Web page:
Saturday, November 06, 2004

The future of the Republican coalition

Michele at a small victory is asking a variation on a question I've been wondering the past few weeks: what happens to the Republican party after the election?
"I've already seen the fallout starting, with people questioning my (and others) dedication to the Republican party because I'm not swallowing the pill whole. Politics is not an all or nothing proposition. I'm a some from column A, some from column B kind of person. The fact that I'm an atheist with socially liberal tendencies is clearly giving some people pause for concern, as if I am going to now become a detriment to the party. They got what they wanted from me - in my vote - and now they can discard me because I won't follow the fold all the way down the line.
As are Pejmanesque and Roger L. Simon. Hugh Hewitt touches on it in relation to the Sen. Specter question. Terry Mattingly refers to the 10 Commandments voters.

We won an important election with a coalition of pro-lifers, traditional marriage advocates, 9/11 Democrats and social liberals who support the war on terror. How can we keep our victory from destroying us?

Here's my vision, speaking as a social conservative, pro-lifer, Orthodox Christian, who doesn't want to live under Shari'a.
  • On religion. We don't have to agree. Let's talk. All I want from government is for it to stop pretending that religion has no place in people's public lives. If I don't want to pray at a football game, I don't have to make everybody else stop. If someone feels that his religious freedoms are being curtailed, then let the courts hear the case--but as interpreters of laws that the people have approved, not as black-robed kings.

  • On life issues. Believing that the unborn are human beings, pro-lifers have no choice but to try to save them from being murdered. Some of the most effective methods shouldn't cause any but the abortion industrialists offense--crisis pregnancy centers, homes for unwed mothers, abstinence education. I'd like to see a Human Life Amendment--not imposed by judicial fiat (we see how badly Roe v. Wade has performed in the public square)--but by the long and tedious process of persuasion. In the meantime, if the Supreme Court overturns Roe v. Wade, the result would not be the end of legal abortion in America, but the return of the question to the individual states. Oregon legalized abortion in 1969, and undoubtedly it will be among the last to make it illegal. Other states had abortion forced on them, and given the opportunity, they will quickly make it illegal again. Allowing the states to choose for themselves will provide more information for both sides to use in future persuasion; it will give a safety valve in both directions until we work out the issue. For our coalition members who disagree on this issue but are willing to work with us, to hear our arguments and give us theirs, I hope we pro-lifers keep looking for common ground.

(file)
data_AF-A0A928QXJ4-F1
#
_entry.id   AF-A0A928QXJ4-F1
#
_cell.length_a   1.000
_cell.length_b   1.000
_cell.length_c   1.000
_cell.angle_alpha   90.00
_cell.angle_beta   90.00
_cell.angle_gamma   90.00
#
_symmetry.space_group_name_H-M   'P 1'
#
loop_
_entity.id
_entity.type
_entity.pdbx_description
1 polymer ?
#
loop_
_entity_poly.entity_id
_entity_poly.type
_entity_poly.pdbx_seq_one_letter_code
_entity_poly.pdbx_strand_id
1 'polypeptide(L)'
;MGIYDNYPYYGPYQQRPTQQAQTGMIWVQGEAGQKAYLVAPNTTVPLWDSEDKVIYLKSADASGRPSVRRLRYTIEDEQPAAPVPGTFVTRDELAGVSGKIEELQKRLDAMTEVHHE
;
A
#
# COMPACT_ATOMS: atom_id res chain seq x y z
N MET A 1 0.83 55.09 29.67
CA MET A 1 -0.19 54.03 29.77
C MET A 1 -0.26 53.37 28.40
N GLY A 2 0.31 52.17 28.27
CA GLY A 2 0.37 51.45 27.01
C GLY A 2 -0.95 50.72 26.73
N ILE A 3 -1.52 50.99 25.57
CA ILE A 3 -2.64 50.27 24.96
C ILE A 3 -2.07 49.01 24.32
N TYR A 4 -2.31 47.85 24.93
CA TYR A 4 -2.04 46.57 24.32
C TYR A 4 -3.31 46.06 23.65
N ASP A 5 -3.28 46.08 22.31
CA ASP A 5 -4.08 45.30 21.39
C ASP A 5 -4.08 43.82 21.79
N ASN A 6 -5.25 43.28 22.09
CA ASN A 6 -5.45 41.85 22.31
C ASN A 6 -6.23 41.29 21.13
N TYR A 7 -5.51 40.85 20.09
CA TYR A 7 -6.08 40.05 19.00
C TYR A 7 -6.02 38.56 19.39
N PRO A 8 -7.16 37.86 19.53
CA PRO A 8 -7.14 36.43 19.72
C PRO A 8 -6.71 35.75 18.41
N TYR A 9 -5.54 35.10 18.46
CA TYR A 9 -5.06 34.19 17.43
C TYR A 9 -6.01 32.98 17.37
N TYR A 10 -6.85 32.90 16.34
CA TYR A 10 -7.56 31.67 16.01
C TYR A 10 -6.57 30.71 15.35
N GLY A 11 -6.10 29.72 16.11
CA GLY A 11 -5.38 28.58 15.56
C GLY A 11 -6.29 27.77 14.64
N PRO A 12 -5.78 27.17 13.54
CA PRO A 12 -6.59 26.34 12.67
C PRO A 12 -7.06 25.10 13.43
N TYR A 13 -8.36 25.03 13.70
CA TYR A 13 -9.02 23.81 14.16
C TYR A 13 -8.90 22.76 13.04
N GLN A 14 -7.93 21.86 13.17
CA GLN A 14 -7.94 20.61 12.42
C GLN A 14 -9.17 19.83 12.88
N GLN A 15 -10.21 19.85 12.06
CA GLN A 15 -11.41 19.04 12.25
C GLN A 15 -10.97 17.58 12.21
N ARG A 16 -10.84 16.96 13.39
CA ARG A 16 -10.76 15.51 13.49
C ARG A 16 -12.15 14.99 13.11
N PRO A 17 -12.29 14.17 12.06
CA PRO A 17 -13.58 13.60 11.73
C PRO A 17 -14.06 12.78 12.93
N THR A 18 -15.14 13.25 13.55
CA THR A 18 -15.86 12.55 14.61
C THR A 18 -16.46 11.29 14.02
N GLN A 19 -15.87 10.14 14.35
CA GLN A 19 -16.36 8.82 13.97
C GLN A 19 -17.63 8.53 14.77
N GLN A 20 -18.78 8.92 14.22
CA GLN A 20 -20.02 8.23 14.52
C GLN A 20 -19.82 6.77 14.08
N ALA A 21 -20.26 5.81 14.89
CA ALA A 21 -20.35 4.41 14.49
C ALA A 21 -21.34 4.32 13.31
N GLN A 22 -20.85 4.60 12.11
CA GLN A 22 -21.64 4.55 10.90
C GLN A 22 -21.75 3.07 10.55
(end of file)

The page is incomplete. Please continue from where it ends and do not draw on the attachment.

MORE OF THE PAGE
• On marriage. OK, I don't believe you can change the definition of "marriage" to be a relationship between two men or two women any more than you can change the definition of "yellow" to "red." If you want to talk about civil unions, about some means of simplifying the legal aspects of property and power of attorney and so forth, then let's open the discussion. I don't know what the ramifications would be. But don't have it imposed from some black-robed god (or in the case of Multnomah County, Oregon, by a couple of county commissioners reinterpreting the Oregon Constitution in a secret meeting that not even all the commissioners are invited to). I don't have much patience with the idea that the job of the state is to affirm people's love, nor with people who need the state to do that for them.

  • On social liberals in the Republican Party. In 1992, Gov. Robert Casey, a pro-lifer with impeccable Democratic economic credentials, was not permitted to speak at the Democratic convention, revealing how completely the Democrats had fallen into the ditch. Now Gov. Schwarzenegger has helped us win the White House, even though he supported the embryonic stem cell research measure in Gollyfornia. What to do? A little gratitude doesn't violate our principles. And considering who's likely to advance long-term gains in the core agenda is important.
What the Republicans offer at this point, to social liberals and social conservatives alike, is an emphasis on freedom, pushing the authority downward as much as possible to states, cities, neighborhoods, families, private persons. We'll argue over who those persons are and how to balance the needs of the community aaginst the individual. Those are fair questions. But as long as we respect each other and work through our disagreements honestly and civilly, there's no need to shrink the tent.

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